from Wiktionary, Creative Commons Attribution/Share-Alike License

  • adj. comparative form of sublime: more sublime

from The Century Dictionary and Cyclopedia

  • n. One who or that which sublimes; specifically, an apparatus for performing the operation of sublimation.


Sorry, no etymologies found.


  • Mortals, ye favoured sons of the eternal father, be it yours in articulate expressions of gratitude to interpret for the mute creation, and to speak a sublimer and more rational homage.

    Imogen A Pastoral Romance

  • I have said 'Nature's sublimer scenes ne'er charmed mine eyes' [4] and what effect the Cambrian or Caledonian mountains might bring, or a sight of the sea would have, I can only guess.

    Letter 75

  • 'Nature's sublimer scenes ne'er charmed mine eyes'.

    Letter 75

  • These traits of vital orientation must draw their sustenance from sublimer sources; otherwise they lose steam after a while or come to be harnessed by questionable motivations.

    The Mother & Sri Aurobindo are against empty tentativeness

  • The Range looked lovelier and sublimer than when I first saw it from Greeley, all spiritualized in the wonderful atmosphere.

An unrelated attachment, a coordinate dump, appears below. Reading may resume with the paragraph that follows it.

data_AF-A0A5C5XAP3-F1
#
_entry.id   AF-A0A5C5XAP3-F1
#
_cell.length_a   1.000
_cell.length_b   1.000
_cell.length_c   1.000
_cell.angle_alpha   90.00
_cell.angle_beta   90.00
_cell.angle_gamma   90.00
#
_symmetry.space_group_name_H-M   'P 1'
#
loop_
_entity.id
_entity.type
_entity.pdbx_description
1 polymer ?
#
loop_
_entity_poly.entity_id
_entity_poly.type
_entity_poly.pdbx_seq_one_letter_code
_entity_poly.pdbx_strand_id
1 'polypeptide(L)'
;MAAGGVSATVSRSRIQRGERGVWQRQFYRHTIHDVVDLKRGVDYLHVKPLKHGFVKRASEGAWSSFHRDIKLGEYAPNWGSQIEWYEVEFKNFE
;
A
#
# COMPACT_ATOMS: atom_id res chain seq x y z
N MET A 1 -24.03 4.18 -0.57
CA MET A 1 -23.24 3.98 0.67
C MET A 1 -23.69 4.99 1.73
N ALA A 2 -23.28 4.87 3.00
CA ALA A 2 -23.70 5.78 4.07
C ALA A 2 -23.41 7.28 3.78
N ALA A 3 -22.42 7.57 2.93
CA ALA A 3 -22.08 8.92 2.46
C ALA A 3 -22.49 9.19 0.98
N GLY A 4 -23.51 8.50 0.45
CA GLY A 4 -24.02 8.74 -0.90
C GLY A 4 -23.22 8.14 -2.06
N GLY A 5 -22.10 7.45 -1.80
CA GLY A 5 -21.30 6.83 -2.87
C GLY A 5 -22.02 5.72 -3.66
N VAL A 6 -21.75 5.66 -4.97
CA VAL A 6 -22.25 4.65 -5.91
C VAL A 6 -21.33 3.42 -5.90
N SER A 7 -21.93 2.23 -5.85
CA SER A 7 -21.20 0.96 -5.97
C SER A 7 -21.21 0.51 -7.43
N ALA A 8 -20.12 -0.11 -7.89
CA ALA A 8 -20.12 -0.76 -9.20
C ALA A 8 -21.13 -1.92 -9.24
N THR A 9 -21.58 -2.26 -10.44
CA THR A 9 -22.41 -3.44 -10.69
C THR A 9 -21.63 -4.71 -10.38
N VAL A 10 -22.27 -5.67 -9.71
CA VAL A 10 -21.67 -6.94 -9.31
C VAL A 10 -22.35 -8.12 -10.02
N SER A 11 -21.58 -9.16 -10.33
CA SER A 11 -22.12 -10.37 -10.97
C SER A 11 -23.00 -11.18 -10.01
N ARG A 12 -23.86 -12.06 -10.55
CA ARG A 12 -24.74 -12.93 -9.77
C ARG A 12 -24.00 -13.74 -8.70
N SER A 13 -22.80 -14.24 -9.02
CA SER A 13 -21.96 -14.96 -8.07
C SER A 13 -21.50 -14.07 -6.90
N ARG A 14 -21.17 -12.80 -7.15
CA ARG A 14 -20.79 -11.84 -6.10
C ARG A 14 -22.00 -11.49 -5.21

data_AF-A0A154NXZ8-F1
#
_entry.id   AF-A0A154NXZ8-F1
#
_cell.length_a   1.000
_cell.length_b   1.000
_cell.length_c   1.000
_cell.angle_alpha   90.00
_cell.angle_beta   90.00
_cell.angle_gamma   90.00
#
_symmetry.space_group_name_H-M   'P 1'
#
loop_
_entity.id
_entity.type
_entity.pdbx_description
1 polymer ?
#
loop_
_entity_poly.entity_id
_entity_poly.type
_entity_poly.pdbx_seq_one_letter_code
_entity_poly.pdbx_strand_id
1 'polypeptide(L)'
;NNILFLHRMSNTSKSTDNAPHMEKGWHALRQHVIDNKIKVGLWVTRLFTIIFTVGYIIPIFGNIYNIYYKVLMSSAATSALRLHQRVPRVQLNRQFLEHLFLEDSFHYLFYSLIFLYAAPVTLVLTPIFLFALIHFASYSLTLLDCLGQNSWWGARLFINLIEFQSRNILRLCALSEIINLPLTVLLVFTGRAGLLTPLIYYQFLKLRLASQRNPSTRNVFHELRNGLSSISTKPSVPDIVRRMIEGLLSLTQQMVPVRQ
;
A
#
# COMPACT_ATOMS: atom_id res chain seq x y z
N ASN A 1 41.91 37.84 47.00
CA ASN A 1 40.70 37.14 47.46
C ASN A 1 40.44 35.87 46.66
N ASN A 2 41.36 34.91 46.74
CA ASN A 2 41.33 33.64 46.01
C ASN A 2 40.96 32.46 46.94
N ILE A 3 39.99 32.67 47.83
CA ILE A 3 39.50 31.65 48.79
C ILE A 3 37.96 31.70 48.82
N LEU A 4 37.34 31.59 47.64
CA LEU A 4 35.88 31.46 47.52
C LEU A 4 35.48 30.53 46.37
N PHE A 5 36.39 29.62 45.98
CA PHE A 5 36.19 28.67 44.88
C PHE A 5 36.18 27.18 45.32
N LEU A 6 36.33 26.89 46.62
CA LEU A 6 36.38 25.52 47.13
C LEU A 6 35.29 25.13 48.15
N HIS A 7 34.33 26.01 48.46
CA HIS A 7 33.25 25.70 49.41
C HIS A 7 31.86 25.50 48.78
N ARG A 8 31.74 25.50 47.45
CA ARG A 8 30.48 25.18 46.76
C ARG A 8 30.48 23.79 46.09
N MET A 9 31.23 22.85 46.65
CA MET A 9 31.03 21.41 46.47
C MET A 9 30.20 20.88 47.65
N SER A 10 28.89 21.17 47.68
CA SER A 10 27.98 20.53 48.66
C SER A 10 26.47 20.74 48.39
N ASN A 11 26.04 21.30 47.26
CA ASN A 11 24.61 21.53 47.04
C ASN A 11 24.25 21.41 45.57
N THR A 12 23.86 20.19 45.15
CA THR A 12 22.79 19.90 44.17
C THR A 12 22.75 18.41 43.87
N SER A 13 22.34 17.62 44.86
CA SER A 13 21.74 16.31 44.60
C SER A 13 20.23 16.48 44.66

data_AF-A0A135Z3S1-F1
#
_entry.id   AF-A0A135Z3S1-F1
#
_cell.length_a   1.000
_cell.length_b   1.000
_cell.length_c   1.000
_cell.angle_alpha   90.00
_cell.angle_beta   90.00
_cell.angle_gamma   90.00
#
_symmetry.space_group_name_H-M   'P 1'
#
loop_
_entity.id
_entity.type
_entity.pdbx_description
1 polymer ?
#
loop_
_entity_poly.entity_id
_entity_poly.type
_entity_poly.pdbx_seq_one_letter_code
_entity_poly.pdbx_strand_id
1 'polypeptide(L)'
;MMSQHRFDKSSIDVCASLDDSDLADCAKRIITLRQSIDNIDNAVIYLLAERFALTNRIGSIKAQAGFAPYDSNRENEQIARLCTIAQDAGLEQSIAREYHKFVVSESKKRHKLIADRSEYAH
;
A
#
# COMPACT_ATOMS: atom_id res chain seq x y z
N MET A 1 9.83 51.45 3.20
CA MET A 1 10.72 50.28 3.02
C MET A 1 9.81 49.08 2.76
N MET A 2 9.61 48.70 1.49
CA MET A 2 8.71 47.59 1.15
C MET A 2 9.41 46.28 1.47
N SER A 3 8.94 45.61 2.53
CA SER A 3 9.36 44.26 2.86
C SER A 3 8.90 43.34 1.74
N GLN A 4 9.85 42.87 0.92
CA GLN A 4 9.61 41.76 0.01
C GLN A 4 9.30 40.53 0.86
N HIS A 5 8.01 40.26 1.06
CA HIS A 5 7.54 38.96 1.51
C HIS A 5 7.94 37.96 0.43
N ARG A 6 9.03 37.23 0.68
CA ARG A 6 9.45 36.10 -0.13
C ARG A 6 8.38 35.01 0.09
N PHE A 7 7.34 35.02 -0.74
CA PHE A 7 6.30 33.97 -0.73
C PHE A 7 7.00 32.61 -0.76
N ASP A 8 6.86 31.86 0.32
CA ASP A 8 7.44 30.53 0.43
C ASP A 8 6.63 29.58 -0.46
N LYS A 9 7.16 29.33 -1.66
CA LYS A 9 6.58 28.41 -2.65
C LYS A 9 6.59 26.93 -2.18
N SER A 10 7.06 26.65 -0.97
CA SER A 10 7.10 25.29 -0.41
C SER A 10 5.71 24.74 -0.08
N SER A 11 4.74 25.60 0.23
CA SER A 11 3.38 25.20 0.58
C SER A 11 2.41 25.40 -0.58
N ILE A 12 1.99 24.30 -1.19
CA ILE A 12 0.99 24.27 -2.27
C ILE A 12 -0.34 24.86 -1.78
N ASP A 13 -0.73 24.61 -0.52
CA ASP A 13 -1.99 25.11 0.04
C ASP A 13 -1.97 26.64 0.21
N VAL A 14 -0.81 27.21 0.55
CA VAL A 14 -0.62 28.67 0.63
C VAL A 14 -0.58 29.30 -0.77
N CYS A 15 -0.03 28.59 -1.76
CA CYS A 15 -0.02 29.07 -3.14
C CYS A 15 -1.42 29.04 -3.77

A Lady's Life in the Rocky Mountains

  • Those virtues which cause admiration, and are of the sublimer kind, produce terror rather than love; such as fortitude, justice, wisdom, and the like.

    On the Sublime and Beautiful

  • The sublimer intelligences of mankind — Plato, Dante, Sir

    The Sophist

  • The travellers had lingered so long among the sublimer scenes of these mountains, that they found themselves entirely mistaken in their calculation that they could reach Montigny at sun-set; but, as they wound along the valley, the saw, on a rude Alpine bridge, that united two lofty crags of the glen, a group of mountaineer-children, amusing themselves with dropping pebbles into

    The Mysteries of Udolpho

  • In a case of this kind, passionate love arises, and as it is bestowed on one object, and one only — that is to say, because it appears in the special service of the species — it immediately assumes a nobler and sublimer nature.

    Essays of Schopenhauer

  • A bell, yet not made of gross metal dug out of earth, but of an ethereal, sublimer material that floats impalpable and invisible in space — a vital bell suspended on nothing, giving out sounds in harmony with the vastness of blue heaven, the unsullied purity of nature, the glory of the sun, and conveying a mystic, a higher message to the soul than the sounds that surge from tower and belfry.

    Green Mansions


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